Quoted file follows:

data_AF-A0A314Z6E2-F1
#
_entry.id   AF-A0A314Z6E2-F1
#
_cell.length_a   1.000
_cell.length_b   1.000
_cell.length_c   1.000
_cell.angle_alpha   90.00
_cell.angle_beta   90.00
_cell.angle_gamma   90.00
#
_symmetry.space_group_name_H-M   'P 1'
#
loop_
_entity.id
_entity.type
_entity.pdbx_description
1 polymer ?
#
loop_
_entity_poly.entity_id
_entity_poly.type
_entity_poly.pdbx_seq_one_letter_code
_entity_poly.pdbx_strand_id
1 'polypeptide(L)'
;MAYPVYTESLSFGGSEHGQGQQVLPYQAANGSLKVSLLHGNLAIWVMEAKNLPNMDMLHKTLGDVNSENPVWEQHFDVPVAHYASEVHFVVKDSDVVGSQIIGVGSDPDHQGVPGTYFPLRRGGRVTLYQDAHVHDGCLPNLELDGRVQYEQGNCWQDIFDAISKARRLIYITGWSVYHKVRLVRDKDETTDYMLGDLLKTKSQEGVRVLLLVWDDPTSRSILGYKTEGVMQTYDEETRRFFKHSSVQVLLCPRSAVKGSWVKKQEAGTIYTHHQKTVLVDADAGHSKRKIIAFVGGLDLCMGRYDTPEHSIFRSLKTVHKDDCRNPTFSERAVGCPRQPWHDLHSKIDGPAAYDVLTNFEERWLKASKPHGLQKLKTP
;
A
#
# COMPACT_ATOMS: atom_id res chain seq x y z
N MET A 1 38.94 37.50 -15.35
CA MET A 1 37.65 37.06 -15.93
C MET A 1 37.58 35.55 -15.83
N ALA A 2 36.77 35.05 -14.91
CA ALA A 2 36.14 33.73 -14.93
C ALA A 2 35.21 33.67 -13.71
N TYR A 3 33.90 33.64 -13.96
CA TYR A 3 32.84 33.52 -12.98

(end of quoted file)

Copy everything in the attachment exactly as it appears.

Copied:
data_AF-A0A314Z6E2-F1
#
_entry.id   AF-A0A314Z6E2-F1
#
_cell.length_a   1.000
_cell.length_b   1.000
_cell.length_c   1.000
_cell.angle_alpha   90.00
_cell.angle_beta   90.00
_cell.angle_gamma   90.00
#
_symmetry.space_group_name_H-M   'P 1'
#
loop_
_entity.id
_entity.type
_entity.pdbx_description
1 polymer ?
#
loop_
_entity_poly.entity_id
_entity_poly.type
_entity_poly.pdbx_seq_one_letter_code
_entity_poly.pdbx_strand_id
1 'polypeptide(L)'
;MAYPVYTESLSFGGSEHGQGQQVLPYQAANGSLKVSLLHGNLAIWVMEAKNLPNMDMLHKTLGDVNSENPVWEQHFDVPVAHYASEVHFVVKDSDVVGSQIIGVGSDPDHQGVPGTYFPLRRGGRVTLYQDAHVHDGCLPNLELDGRVQYEQGNCWQDIFDAISKARRLIYITGWSVYHKVRLVRDKDETTDYMLGDLLKTKSQEGVRVLLLVWDDPTSRSILGYKTEGVMQTYDEETRRFFKHSSVQVLLCPRSAVKGSWVKKQEAGTIYTHHQKTVLVDADAGHSKRKIIAFVGGLDLCMGRYDTPEHSIFRSLKTVHKDDCRNPTFSERAVGCPRQPWHDLHSKIDGPAAYDVLTNFEERWLKASKPHGLQKLKTP
;
A
#
# COMPACT_ATOMS: atom_id res chain seq x y z
N MET A 1 38.94 37.50 -15.35
CA MET A 1 37.65 37.06 -15.93
C MET A 1 37.58 35.55 -15.83
N ALA A 2 36.77 35.05 -14.91
CA ALA A 2 36.14 33.73 -14.93
C ALA A 2 35.21 33.67 -13.71
N TYR A 3 33.90 33.64 -13.96
CA TYR A 3 32.84 33.52 -12.98